Festal Letters 13-30
St. Cyril of Alexandria Catholic University of America Press, 2013 Library of Congress BR65.C952E5 2009 | Dewey Decimal 270.2092
Twenty-nine in all, these letters cover all but three of Cyril's years as a bishop. The first twelve were published in 2009 (Fathers of the Church 118). The present volume completes the set. Festal letters were used in Alexandria primarily to announce the beginning of Lent and the date of Easter. They also served a catechetical purpose, however, allowing the Patriarch an annual opportunity to write pastorally not just about issues facing the entire see, but also about the theological issues of the day.
Folktales of Egypt
Hasan M. El-Shamy University of Chicago Press, 1982 Library of Congress GR355.E47 | Dewey Decimal 398.20962
In this book Hasan M. El-Shamy has gathered the first authentic new collection of modern Egyptian folk narratives to appear in nearly a century. El-Shamy's English translations of these orally presented stories not only preserve their spirit, but give Middle Eastern lore the scholarly attention it has long deserved.
"This collection of seventy recently collected Egyptian tales is a major contribution to African studies and to international distribution studies of folktales. In the face of the recent anthropological trend to use folkloric materials for extra-folkloric purposes, the preeminence of the text must be asserted once more, and these are obviously authentic, straightforwardly translated, fully documented as to date of collection and social category of informant, and for all that . . . readable."—Daniel J. Crowley, Research in African Literatures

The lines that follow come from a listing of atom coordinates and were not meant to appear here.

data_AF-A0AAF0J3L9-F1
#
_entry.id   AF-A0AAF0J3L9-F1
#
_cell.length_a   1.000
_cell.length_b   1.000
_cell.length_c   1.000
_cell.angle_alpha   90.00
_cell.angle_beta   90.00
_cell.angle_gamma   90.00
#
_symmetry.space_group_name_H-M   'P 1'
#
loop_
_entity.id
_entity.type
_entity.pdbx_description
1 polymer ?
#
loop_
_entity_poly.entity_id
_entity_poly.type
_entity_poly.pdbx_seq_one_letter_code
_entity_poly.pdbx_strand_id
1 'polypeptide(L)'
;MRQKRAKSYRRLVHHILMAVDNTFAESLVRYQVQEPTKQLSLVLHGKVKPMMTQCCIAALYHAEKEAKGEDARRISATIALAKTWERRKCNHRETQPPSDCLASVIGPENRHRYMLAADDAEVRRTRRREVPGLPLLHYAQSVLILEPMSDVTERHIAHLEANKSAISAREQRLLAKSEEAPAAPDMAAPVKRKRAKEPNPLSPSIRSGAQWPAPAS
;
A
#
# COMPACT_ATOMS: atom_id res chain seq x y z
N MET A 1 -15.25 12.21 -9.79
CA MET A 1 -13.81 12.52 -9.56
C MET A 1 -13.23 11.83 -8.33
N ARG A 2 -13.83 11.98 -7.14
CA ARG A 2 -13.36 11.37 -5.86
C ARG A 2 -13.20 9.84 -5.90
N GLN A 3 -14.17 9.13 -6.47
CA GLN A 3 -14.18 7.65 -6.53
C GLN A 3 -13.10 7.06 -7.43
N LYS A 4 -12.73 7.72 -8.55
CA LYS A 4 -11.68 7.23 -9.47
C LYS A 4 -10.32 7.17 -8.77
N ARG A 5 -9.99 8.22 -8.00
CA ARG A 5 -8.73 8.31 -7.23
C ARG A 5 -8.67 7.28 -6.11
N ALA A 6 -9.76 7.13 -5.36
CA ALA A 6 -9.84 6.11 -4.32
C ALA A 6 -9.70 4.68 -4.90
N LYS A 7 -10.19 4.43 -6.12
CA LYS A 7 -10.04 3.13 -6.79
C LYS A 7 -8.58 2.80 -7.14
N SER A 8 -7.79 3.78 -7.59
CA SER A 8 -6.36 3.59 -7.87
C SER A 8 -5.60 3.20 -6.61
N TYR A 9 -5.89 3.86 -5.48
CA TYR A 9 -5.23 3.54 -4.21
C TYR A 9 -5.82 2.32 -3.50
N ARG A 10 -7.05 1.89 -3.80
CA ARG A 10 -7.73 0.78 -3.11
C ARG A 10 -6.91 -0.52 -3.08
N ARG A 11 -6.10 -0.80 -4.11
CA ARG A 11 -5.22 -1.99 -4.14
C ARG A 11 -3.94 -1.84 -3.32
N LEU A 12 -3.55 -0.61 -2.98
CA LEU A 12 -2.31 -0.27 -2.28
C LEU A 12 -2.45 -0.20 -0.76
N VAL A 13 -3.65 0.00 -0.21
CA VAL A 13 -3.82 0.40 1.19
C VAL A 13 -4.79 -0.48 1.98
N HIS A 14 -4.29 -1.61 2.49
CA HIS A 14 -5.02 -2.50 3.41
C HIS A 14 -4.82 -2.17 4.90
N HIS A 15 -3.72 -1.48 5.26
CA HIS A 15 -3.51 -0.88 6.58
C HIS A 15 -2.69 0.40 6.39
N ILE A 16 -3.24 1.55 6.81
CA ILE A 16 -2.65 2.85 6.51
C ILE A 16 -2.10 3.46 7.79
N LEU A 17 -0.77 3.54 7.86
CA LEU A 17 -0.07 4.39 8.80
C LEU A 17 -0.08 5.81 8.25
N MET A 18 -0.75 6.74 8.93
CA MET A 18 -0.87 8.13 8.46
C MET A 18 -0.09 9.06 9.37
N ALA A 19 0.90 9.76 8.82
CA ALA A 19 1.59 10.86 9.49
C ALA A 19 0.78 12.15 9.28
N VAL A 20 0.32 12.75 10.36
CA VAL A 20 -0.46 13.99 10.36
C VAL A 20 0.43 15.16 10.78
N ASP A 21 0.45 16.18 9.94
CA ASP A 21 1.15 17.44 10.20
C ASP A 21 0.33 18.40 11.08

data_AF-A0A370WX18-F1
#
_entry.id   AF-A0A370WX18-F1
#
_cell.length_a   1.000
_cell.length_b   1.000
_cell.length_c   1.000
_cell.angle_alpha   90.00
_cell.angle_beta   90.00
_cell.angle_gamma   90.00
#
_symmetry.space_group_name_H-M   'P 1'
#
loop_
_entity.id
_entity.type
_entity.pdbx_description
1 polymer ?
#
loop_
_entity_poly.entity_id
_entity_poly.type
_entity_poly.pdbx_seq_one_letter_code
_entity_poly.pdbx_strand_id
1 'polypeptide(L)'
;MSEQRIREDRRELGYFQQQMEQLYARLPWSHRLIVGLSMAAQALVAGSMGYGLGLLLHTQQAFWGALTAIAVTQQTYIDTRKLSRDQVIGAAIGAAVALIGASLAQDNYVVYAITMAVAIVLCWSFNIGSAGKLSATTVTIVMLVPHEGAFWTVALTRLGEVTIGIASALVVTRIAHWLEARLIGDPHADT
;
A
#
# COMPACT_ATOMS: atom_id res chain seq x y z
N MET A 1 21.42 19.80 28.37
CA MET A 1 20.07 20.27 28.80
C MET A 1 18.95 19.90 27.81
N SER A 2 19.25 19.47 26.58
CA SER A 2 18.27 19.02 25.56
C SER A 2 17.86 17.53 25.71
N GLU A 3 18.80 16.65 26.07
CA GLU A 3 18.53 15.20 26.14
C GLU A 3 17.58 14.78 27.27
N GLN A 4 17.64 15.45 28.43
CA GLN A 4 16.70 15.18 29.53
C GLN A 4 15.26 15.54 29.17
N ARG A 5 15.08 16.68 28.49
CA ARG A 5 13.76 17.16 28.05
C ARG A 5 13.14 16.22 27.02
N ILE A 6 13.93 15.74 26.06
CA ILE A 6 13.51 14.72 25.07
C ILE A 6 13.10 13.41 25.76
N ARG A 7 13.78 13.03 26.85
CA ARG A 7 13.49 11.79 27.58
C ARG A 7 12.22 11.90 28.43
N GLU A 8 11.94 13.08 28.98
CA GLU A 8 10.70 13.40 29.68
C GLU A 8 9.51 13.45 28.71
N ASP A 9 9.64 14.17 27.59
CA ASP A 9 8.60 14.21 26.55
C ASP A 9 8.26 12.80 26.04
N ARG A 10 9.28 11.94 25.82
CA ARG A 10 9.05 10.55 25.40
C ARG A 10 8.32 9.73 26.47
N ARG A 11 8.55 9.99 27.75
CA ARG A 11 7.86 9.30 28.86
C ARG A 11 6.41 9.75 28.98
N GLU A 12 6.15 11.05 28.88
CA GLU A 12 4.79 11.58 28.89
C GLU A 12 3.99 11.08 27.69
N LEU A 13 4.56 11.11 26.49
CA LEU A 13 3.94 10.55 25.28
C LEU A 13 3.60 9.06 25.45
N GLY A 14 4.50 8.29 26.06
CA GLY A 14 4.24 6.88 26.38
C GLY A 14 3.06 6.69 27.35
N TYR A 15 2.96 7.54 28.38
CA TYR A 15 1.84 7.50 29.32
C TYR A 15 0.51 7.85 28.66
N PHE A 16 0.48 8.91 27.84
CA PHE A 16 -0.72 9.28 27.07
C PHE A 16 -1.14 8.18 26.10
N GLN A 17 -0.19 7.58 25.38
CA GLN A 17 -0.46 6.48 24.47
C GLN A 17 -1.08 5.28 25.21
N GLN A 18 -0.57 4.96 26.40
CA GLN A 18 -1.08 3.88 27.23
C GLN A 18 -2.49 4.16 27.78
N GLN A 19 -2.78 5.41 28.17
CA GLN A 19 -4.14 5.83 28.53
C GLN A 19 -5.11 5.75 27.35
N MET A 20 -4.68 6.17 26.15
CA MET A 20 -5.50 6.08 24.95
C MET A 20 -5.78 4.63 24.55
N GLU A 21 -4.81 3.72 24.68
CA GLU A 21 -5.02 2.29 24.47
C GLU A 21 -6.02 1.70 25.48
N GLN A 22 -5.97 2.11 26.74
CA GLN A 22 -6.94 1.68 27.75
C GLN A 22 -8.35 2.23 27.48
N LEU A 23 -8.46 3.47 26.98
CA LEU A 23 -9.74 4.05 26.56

"Western knowledge of virtually all facets of contemporary Egyptian culture, much less the roots of that culture, is woefully inadequate. By providing an interesting, varied, and readable collection of Egyptian folktales and offering clear and sensible accounts of their background and meaning, this book renders a valuable service indeed."—Kenneth J. Perkins, International Journal of Oral History
Foreign policy motivation is a complex mix reflecting the fears and aspirations of publics, interest groups, bureaucratic sets, and important individuals. International conflict cannot be resolved without resolving how foreign policy is motivated. This book presents a conceptual framework for identifying and weighing foreign policy motives that shape, direct, and alter foreign policy.
In late 2007, a young Canadian student and three friends plunge themselves into the Middle East, seeking and filming stories that explore the conflict-ridden societies of Egypt, Lebanon, Syria, Jordan, Israel, and Palestine. They meet with refugees fleeing political persecution, hardened Lebanese militia groups, hunted members of the Syrian opposition, Jewish immigrant soldiers, and Palestinian victims of Israeli torture. Even their misadventures - being interrogated by Hezbollah after crossing invisible lines i the suburbs of Beirut, or being shot at and tear-gassed by Israeli troops - serve only to deepen their understanding of the complex rivalries they encounter, and ultimately, upon their return to Egypt, by a powerful revelation about the nature of Islam.